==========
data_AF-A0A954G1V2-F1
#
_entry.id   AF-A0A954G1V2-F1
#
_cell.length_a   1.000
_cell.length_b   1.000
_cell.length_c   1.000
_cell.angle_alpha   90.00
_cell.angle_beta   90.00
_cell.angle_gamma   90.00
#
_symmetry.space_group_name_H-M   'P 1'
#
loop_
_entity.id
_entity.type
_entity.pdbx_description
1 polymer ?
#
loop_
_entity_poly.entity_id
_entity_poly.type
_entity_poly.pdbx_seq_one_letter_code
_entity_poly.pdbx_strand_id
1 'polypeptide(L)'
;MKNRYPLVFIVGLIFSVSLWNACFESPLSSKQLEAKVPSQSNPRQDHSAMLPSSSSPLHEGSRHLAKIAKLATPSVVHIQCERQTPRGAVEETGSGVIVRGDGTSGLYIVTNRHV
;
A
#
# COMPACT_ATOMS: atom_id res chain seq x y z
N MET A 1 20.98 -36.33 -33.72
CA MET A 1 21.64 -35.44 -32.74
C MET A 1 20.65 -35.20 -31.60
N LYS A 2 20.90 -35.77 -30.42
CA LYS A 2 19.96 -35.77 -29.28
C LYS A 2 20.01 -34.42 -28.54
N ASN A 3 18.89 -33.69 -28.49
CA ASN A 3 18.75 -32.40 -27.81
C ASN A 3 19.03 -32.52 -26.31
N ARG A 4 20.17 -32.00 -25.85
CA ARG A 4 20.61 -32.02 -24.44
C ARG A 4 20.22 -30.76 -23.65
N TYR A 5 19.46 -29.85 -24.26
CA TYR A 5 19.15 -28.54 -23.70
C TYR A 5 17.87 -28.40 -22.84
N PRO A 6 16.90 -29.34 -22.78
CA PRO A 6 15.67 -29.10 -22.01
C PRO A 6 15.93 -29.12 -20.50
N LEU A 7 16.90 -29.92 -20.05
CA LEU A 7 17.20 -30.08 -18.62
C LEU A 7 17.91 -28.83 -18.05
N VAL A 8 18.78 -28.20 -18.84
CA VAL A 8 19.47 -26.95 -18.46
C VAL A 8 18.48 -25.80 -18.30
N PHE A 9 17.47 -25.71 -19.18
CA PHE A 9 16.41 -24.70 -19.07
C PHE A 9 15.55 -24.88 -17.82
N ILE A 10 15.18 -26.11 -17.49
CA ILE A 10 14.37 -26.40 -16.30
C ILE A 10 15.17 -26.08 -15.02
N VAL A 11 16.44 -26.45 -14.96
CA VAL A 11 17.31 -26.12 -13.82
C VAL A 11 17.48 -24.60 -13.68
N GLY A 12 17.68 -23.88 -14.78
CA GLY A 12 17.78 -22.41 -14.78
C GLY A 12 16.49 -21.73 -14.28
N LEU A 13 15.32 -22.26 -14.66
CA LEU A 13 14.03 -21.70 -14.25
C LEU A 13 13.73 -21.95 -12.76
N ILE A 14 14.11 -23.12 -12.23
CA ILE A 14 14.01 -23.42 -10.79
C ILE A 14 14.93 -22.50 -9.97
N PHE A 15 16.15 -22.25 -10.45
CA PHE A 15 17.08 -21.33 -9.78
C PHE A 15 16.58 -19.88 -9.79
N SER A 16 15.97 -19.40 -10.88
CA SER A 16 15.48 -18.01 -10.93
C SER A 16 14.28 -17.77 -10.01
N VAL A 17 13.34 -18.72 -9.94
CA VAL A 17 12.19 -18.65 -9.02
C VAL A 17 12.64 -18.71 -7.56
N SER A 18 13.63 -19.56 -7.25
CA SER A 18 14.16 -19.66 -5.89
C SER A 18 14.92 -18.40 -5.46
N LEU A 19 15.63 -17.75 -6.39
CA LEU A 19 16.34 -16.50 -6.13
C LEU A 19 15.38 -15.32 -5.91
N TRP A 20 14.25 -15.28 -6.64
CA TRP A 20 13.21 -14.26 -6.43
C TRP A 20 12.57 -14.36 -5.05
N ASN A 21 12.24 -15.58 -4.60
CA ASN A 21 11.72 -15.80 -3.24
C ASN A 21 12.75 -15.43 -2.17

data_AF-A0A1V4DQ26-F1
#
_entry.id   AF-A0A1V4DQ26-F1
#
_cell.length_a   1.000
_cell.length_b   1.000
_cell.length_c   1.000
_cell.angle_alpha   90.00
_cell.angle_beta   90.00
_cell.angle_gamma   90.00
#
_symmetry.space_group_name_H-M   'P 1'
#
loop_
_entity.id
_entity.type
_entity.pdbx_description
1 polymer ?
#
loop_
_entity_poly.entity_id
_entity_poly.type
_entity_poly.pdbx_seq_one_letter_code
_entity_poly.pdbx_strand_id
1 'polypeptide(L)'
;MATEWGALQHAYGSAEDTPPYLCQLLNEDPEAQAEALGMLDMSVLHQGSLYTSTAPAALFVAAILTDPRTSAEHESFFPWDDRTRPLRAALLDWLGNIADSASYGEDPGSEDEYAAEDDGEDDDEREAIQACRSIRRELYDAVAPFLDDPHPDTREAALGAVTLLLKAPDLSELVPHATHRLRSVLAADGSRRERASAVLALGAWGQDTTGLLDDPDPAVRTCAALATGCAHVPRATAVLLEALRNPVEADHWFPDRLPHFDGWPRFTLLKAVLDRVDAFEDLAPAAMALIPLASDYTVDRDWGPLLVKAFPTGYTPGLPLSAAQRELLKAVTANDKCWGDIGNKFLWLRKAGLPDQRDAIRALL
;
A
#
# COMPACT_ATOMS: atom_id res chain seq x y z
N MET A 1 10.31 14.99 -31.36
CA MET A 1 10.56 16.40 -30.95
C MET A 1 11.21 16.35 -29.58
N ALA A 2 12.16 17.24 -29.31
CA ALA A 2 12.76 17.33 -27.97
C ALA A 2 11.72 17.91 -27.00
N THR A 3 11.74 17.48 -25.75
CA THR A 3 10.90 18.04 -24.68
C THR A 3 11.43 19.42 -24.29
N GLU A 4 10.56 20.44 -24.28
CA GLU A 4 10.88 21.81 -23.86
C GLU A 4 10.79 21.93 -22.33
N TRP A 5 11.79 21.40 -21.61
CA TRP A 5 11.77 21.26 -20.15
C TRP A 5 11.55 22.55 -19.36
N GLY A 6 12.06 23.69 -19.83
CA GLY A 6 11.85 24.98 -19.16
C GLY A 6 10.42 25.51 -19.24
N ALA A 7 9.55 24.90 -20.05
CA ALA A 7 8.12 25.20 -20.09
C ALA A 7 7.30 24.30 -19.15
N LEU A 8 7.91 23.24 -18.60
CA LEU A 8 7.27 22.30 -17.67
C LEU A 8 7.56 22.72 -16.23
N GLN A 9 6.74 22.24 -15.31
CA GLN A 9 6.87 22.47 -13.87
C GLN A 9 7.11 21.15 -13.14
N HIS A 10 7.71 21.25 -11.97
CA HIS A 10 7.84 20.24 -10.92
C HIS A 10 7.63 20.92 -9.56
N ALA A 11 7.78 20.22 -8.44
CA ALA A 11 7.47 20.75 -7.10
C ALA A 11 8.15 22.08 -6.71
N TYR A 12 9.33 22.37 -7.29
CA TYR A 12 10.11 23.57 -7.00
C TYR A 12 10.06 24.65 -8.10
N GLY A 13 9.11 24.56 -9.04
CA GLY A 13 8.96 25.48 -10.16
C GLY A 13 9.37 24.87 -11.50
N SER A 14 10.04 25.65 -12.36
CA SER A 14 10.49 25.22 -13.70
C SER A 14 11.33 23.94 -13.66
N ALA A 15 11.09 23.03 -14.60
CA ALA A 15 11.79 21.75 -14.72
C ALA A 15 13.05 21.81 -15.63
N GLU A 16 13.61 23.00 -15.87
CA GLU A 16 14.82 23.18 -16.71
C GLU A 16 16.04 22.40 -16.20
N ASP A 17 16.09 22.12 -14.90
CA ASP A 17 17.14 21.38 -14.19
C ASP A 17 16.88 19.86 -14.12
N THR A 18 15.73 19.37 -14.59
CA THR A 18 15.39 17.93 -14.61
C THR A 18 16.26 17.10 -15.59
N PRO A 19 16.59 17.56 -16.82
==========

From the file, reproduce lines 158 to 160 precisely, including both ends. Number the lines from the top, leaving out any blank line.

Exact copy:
CA TYR A 12 10.11 23.57 -7.00
C TYR A 12 10.06 24.65 -8.10
N GLY A 13 9.11 24.56 -9.04